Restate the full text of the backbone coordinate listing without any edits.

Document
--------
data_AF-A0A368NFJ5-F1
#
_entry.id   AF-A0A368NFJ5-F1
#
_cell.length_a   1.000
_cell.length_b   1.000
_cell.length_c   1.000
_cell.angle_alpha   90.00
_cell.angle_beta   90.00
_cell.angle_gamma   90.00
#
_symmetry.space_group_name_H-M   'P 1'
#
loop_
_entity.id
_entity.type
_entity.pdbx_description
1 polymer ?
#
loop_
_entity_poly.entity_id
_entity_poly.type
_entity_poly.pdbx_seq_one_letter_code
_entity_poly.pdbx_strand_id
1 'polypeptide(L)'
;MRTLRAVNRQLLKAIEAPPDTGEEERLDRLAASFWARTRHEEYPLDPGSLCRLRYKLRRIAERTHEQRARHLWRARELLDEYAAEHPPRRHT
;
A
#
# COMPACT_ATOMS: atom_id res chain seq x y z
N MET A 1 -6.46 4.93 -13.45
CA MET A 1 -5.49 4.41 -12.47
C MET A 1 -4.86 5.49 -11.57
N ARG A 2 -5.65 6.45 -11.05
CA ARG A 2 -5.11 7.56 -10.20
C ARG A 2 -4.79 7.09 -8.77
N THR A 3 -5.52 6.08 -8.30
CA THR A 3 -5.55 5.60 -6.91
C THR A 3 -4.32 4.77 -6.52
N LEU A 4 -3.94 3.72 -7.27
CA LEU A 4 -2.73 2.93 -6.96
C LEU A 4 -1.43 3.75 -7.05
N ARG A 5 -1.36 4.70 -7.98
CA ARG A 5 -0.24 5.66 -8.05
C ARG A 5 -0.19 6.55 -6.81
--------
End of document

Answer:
data_AF-A0A368NFJ5-F1
#
_entry.id   AF-A0A368NFJ5-F1
#
_cell.length_a   1.000
_cell.length_b   1.000
_cell.length_c   1.000
_cell.angle_alpha   90.00
_cell.angle_beta   90.00
_cell.angle_gamma   90.00
#
_symmetry.space_group_name_H-M   'P 1'
#
loop_
_entity.id
_entity.type
_entity.pdbx_description
1 polymer ?
#
loop_
_entity_poly.entity_id
_entity_poly.type
_entity_poly.pdbx_seq_one_letter_code
_entity_poly.pdbx_strand_id
1 'polypeptide(L)'
;MRTLRAVNRQLLKAIEAPPDTGEEERLDRLAASFWARTRHEEYPLDPGSLCRLRYKLRRIAERTHEQRARHLWRARELLDEYAAEHPPRRHT
;
A
#
# COMPACT_ATOMS: atom_id res chain seq x y z
N MET A 1 -6.46 4.93 -13.45
CA MET A 1 -5.49 4.41 -12.47
C MET A 1 -4.86 5.49 -11.57
N ARG A 2 -5.65 6.45 -11.05
CA ARG A 2 -5.11 7.56 -10.20
C ARG A 2 -4.79 7.09 -8.77
N THR A 3 -5.52 6.08 -8.30
CA THR A 3 -5.55 5.60 -6.91
C THR A 3 -4.32 4.77 -6.52
N LEU A 4 -3.94 3.72 -7.27
CA LEU A 4 -2.73 2.93 -6.96
C LEU A 4 -1.43 3.75 -7.05
N ARG A 5 -1.36 4.70 -7.98
CA ARG A 5 -0.24 5.66 -8.05
C ARG A 5 -0.19 6.55 -6.81